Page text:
Ancient World Seminar: Michael Sommer (Oldenburg), 'The Lords of the Desert: Palmyra's Elites Revisited'
|When:||Mo 18-11-2013 16:15 - 17:30|
|Where:||Faculty of Theology and Religious Studies|
Roman Palmyra was a Greek city. It featured the whole inventory of institutions a polis required: a council (boule), peoples assembly (demos), magistrates, an agora and a theatre. That Palmyra was indeed a Greek city was the inevitable conclusion drawn by Maurice Sartre in a paper published in 1996: Palmyre, cité grecque. Really inevitable? What does it all mean? Not very much, this is the proposition of my paper. Despite its seemingly Greek institutions, Palmyra was not Greek at all. It was different. How could, in a Greek city, a man like Septimius Odaenathus rise to monarchic power? How could a Greek city mobilise a force capable of fighting back Shapur, the Persian king who had defeated the emperor Valerian in AD 260? Which Greek city could, with its own manpower, control an area of thousands of square miles in order to guarantee the safety of its trade? In order to get to an alternative perspective on Palmyrene society, the paper revisits the oasis citys trade and its organisation. Palmyras so-called caravan inscriptions allow, it proposes, a detailed reconstruction of the Palmyrene elite, which was rather different from a Greek citys ruling class.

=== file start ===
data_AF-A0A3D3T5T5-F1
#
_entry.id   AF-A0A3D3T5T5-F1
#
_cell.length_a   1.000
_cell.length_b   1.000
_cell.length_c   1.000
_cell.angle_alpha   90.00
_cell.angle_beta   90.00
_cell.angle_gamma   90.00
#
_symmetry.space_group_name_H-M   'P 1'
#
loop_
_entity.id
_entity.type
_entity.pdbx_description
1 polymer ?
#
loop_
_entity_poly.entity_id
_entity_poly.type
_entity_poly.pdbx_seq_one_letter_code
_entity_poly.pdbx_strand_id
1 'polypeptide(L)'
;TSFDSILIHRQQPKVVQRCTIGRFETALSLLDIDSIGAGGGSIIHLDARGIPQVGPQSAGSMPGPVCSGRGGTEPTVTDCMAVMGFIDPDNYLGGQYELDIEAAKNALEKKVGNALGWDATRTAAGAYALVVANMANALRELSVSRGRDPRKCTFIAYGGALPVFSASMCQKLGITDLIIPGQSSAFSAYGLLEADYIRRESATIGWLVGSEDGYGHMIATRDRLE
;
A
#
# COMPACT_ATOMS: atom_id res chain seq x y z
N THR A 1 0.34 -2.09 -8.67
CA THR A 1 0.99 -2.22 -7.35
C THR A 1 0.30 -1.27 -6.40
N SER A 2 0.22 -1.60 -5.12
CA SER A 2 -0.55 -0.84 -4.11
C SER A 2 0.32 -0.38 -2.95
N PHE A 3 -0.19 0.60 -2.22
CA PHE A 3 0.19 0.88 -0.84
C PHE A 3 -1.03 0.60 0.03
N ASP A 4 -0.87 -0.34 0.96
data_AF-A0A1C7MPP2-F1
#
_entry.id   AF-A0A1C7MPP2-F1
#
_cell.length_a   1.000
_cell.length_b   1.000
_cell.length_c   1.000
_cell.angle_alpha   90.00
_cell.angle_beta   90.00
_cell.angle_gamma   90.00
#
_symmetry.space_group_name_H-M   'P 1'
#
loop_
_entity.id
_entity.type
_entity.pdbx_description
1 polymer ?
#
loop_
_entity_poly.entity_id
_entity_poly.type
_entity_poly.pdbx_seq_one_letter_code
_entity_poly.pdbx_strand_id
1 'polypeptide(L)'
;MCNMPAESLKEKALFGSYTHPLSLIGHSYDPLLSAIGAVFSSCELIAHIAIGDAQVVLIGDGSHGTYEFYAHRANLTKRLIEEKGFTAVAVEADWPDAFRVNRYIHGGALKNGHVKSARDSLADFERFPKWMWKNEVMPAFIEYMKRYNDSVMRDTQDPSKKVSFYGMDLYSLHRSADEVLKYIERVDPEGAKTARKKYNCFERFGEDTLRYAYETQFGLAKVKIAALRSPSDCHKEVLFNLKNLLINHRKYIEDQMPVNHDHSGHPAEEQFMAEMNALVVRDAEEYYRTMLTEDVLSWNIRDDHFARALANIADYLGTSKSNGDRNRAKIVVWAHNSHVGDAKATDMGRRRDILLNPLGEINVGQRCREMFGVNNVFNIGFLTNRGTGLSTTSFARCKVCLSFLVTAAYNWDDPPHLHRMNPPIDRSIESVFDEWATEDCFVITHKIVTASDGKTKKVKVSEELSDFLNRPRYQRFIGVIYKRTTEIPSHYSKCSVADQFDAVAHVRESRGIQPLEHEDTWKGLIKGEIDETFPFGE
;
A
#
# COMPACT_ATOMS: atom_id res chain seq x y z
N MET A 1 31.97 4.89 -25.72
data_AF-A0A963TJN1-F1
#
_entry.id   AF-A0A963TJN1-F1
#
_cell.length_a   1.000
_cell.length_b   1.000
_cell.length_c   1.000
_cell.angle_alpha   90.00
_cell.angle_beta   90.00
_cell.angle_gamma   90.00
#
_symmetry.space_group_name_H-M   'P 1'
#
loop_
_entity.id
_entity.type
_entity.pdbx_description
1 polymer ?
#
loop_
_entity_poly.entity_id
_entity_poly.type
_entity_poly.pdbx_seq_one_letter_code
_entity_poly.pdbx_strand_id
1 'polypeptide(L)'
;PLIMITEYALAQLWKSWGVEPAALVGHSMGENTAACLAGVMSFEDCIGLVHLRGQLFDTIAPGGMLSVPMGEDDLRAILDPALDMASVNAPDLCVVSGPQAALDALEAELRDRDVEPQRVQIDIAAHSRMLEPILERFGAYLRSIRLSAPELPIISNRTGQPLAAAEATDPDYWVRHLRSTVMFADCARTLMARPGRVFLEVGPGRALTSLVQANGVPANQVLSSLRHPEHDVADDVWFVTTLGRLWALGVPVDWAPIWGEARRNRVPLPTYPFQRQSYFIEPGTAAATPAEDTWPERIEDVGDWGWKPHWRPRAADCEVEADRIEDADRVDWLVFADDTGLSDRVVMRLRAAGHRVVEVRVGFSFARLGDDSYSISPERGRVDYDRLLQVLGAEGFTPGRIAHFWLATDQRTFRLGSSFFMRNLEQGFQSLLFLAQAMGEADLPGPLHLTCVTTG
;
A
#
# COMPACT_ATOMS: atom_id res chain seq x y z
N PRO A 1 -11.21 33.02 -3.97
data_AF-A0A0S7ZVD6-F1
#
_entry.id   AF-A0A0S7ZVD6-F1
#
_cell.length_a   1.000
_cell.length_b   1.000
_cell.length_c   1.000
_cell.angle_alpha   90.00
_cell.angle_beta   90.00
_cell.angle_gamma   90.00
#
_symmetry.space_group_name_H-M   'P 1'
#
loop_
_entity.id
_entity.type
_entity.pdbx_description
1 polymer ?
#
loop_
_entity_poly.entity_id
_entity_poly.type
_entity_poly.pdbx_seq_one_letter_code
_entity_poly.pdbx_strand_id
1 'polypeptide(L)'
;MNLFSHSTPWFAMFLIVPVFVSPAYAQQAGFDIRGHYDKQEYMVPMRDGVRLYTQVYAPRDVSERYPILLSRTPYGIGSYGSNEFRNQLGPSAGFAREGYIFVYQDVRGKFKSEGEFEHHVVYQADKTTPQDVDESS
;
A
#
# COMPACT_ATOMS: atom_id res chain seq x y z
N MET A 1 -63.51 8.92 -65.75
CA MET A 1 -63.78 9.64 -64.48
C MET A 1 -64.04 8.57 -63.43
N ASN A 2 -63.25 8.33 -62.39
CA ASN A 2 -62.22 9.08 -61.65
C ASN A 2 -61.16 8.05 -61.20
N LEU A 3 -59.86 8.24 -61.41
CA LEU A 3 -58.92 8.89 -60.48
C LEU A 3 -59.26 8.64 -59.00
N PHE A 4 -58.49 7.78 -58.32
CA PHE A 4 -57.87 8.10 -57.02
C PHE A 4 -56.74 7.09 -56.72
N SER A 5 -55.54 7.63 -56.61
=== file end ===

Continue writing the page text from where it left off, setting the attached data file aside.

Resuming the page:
Michael Sommer is Professor of Ancient History at the Carl von Ossietzky Universität Oldenburg. He studied at Freiburg, Basel, Bremen and Perugia; was Visiting Fellow at Wolfson College, Oxford; and Lecturer in Ancient History at the University of Liverpool (2005-2012). His current research is concerned with the economic, social, mental and institutional history of the Roman Empire and the history of the Levant across the periods. He is currently preparing a book on ancient economies.